The provided functions parse rules which allow to express some of the most frequent argument checks by typing just a few letters.

qassert(x, rules, = vname(x))

qtest(x, rules)

qexpect(x, rules, info = NULL, label = vname(x))



Object the check.


Set of rules. See details.

Name of the checked object to print in error messages. Defaults to the heuristic implemented in vname.


Extra information to be included in the message for the testthat reporter. See expect_that.


Name of the checked object to print in messages. Defaults to the heuristic implemented in vname.


qassert throws an R exception if object x does not comply to at least one of the rules and returns the tested object invisibly otherwise.

qtest behaves the same way but returns FALSE if none of the

rules comply.

qexpect is intended to be inside the unit test framework testthat and returns an expectation.


The rule is specified in up to three parts.

  1. Class and missingness check. The first letter is an abbreviation for the class. If it is provided uppercase, missing values are prohibited. Supported abbreviations:

    [bB]Bool / logical.
    [xX]Integerish (numeric convertible to integer, see checkIntegerish).
    [rR]Real / double.
    [nN]Numeric (integer or double).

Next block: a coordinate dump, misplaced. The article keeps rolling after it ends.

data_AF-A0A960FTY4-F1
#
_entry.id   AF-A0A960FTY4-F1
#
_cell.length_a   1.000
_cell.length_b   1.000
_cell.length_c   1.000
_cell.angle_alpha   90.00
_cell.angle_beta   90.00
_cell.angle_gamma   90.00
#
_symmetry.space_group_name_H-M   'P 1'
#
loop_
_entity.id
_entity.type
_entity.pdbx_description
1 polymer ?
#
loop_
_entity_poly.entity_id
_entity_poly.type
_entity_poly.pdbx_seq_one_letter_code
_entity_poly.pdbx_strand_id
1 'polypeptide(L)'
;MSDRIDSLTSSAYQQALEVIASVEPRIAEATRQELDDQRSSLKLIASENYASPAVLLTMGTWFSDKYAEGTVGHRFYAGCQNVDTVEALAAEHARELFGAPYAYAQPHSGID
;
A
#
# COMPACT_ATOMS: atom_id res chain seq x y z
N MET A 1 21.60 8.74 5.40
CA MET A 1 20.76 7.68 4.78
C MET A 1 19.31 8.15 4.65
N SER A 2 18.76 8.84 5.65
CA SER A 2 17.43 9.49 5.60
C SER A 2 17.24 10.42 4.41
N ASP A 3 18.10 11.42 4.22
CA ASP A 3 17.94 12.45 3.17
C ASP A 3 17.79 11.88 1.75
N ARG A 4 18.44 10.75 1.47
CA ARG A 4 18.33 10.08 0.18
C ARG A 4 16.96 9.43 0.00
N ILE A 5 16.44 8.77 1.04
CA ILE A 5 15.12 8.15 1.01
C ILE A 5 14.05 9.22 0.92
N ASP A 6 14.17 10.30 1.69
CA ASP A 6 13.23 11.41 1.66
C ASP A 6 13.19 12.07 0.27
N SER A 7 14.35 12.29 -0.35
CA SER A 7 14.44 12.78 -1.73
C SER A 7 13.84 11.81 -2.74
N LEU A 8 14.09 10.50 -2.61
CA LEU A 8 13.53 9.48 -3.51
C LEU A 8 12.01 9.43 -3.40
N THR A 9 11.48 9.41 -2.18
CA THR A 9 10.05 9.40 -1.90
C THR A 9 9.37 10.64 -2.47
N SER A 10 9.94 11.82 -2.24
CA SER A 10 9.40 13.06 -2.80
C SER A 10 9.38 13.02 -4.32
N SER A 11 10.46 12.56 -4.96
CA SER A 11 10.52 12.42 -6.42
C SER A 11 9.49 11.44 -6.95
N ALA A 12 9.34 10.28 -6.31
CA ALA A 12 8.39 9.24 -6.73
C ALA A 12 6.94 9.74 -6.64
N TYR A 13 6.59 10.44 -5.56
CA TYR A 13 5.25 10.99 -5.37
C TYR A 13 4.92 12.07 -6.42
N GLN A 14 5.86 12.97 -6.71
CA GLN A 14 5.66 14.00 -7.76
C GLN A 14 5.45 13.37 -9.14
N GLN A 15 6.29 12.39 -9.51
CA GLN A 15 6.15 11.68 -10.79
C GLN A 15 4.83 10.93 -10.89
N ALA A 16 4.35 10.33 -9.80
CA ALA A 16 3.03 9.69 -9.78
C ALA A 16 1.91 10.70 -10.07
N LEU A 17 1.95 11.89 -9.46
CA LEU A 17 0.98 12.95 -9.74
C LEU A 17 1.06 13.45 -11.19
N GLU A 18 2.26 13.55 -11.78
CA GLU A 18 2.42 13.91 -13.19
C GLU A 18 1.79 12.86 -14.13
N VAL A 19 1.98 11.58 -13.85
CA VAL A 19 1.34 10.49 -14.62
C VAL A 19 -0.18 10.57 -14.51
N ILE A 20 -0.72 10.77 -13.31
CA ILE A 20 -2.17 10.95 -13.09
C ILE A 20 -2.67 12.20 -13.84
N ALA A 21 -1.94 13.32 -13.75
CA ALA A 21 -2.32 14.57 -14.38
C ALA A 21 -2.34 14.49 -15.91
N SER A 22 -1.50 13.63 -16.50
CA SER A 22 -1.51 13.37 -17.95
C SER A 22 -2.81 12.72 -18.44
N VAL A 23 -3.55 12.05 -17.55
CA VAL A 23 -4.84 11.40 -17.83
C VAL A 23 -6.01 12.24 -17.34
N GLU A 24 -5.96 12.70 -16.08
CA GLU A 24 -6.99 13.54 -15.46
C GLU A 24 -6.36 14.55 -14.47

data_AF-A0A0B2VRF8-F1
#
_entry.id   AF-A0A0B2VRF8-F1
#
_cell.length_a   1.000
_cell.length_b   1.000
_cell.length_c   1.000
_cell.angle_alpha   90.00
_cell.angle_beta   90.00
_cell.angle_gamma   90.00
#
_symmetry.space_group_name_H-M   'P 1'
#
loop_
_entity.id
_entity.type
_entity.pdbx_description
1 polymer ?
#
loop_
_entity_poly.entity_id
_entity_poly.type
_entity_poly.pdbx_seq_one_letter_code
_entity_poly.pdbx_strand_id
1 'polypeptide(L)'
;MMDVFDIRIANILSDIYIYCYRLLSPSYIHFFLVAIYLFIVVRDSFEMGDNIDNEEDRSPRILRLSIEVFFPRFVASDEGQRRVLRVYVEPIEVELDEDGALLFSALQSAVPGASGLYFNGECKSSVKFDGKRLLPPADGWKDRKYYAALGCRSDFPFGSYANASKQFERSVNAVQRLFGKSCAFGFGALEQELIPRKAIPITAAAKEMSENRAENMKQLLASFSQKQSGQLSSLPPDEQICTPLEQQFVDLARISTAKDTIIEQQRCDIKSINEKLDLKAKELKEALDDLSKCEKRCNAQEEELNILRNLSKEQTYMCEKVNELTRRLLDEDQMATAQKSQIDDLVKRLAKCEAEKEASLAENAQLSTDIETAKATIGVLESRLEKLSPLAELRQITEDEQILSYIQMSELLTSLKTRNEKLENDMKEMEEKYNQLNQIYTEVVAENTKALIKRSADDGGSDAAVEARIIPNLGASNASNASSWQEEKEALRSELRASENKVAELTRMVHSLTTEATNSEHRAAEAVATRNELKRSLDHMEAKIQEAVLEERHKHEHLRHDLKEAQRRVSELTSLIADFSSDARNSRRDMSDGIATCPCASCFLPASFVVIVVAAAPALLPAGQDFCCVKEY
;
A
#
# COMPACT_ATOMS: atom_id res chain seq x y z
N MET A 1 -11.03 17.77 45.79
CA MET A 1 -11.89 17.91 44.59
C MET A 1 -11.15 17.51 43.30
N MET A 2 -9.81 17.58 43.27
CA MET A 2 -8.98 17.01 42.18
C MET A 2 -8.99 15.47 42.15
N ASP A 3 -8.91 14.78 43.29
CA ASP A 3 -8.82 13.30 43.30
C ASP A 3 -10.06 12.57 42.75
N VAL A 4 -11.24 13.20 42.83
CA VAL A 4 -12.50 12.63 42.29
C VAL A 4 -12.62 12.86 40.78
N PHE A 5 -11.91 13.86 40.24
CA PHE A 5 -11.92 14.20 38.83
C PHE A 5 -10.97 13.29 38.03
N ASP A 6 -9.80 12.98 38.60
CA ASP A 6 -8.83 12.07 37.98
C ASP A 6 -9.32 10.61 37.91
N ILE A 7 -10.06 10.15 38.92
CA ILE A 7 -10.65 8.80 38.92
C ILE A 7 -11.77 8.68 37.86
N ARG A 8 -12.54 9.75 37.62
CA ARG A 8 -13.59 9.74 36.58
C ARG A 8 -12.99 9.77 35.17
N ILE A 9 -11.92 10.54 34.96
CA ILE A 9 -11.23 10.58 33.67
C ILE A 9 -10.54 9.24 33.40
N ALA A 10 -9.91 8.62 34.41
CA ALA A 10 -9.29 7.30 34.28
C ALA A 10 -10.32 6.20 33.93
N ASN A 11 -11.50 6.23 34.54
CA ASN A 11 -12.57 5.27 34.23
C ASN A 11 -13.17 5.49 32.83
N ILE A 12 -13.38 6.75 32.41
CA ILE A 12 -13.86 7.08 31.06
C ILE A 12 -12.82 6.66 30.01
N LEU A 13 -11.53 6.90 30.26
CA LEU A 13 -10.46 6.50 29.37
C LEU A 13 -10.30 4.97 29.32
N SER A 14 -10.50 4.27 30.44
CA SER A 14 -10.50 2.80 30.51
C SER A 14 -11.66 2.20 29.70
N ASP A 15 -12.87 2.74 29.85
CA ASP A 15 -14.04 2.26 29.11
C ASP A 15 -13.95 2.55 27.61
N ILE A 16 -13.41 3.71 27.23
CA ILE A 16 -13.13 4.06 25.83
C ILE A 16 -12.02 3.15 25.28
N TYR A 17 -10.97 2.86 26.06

[sS]String / character.
    [vV]Atomic vector (see checkAtomicVector).
    [lL]List. Missingness is defined as NULL element.
    [dD]Data.frame. Missingness is checked recursively on columns.
    [pP]POSIXct date.
    [*]placeholder to allow any type.
    Note that the check for missingness does not distinguish between NaN and NA. Infinite values are not treated as missing, but can be caught using boundary checks (part 3).
  2. Length definition. This can be one of

    [*]any length,
    [?]length of zero or one,
    [+]length of at least one, or
    [0-9]+exact length specified as integer.
    Preceding the exact length with one of the comparison operators =/==, <, <=, >= or > is also supported.
  3. Range check as two numbers separated by a comma, enclosed by square brackets (endpoint included) or parentheses (endpoint excluded). For example, “[0, 3)” results in all(x >= 0 & x < 3). The lower and upper bound may be omitted which is the equivalent of a negative or positive infinite bound, respectively. By definition [0,] contains Inf, while [0,) does not. The same holds for the left (lower) boundary and -Inf. E.g., the rule “N1()” checks for a single finite numeric which is not NA, while “N1[)” allows -Inf.


The functions are inspired by the blog post of Bogumił Kamiński: The implementation is mostly written in C to minimize the overhead.

See also

qtestr and qassertr for efficient checks of list elements and data frame columns.


# logical of length 1
qtest(NA, "b1")
#> [1] TRUE

# logical of length 1, NA not allowed
qtest(NA, "B1")
#> [1] FALSE

# logical of length 0 or 1, NA not allowed
qtest(TRUE, "B?")
#> [1] TRUE

# numeric with length > 0
qtest(runif(10), "n+")
#> [1] TRUE

# integer with length > 0, NAs not allowed, all integers >= 0 and < Inf
qtest(1:3, "I+[0,)")
#> [1] TRUE

# either an emtpy list or a character vector with <=5 elements
qtest(1, c("l0", "s<=5"))
#> [1] FALSE

# data frame with at least one column and no missing value in any column
qtest(iris, "D+")
#> [1] TRUE